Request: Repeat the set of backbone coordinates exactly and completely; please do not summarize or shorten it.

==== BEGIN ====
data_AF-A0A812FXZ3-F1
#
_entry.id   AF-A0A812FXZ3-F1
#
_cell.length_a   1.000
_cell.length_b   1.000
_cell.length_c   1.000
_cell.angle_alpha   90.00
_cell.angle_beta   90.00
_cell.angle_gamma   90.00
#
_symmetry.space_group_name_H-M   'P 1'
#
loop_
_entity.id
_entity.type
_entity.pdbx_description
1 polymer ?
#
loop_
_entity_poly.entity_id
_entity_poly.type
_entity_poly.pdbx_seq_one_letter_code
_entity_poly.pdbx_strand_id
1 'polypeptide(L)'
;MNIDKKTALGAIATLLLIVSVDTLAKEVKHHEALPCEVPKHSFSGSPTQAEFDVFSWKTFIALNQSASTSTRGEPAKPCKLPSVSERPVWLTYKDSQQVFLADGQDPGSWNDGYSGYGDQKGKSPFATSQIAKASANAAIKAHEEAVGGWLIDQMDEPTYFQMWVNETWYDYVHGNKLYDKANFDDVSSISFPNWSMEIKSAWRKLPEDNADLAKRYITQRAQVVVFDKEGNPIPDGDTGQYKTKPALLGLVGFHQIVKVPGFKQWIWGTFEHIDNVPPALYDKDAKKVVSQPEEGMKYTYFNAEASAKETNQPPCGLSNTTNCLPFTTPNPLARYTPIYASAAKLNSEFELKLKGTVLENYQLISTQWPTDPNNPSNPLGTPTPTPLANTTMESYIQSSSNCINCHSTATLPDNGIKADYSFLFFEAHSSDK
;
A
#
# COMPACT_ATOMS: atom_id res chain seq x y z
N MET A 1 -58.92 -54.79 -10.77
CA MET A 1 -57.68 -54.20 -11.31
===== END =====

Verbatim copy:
data_AF-A0A812FXZ3-F1
#
_entry.id   AF-A0A812FXZ3-F1
#
_cell.length_a   1.000
_cell.length_b   1.000
_cell.length_c   1.000
_cell.angle_alpha   90.00
_cell.angle_beta   90.00
_cell.angle_gamma   90.00
#
_symmetry.space_group_name_H-M   'P 1'
#
loop_
_entity.id
_entity.type
_entity.pdbx_description
1 polymer ?
#
loop_
_entity_poly.entity_id
_entity_poly.type
_entity_poly.pdbx_seq_one_letter_code
_entity_poly.pdbx_strand_id
1 'polypeptide(L)'
;MNIDKKTALGAIATLLLIVSVDTLAKEVKHHEALPCEVPKHSFSGSPTQAEFDVFSWKTFIALNQSASTSTRGEPAKPCKLPSVSERPVWLTYKDSQQVFLADGQDPGSWNDGYSGYGDQKGKSPFATSQIAKASANAAIKAHEEAVGGWLIDQMDEPTYFQMWVNETWYDYVHGNKLYDKANFDDVSSISFPNWSMEIKSAWRKLPEDNADLAKRYITQRAQVVVFDKEGNPIPDGDTGQYKTKPALLGLVGFHQIVKVPGFKQWIWGTFEHIDNVPPALYDKDAKKVVSQPEEGMKYTYFNAEASAKETNQPPCGLSNTTNCLPFTTPNPLARYTPIYASAAKLNSEFELKLKGTVLENYQLISTQWPTDPNNPSNPLGTPTPTPLANTTMESYIQSSSNCINCHSTATLPDNGIKADYSFLFFEAHSSDK
;
A
#
# COMPACT_ATOMS: atom_id res chain seq x y z
N MET A 1 -58.92 -54.79 -10.77
CA MET A 1 -57.68 -54.20 -11.31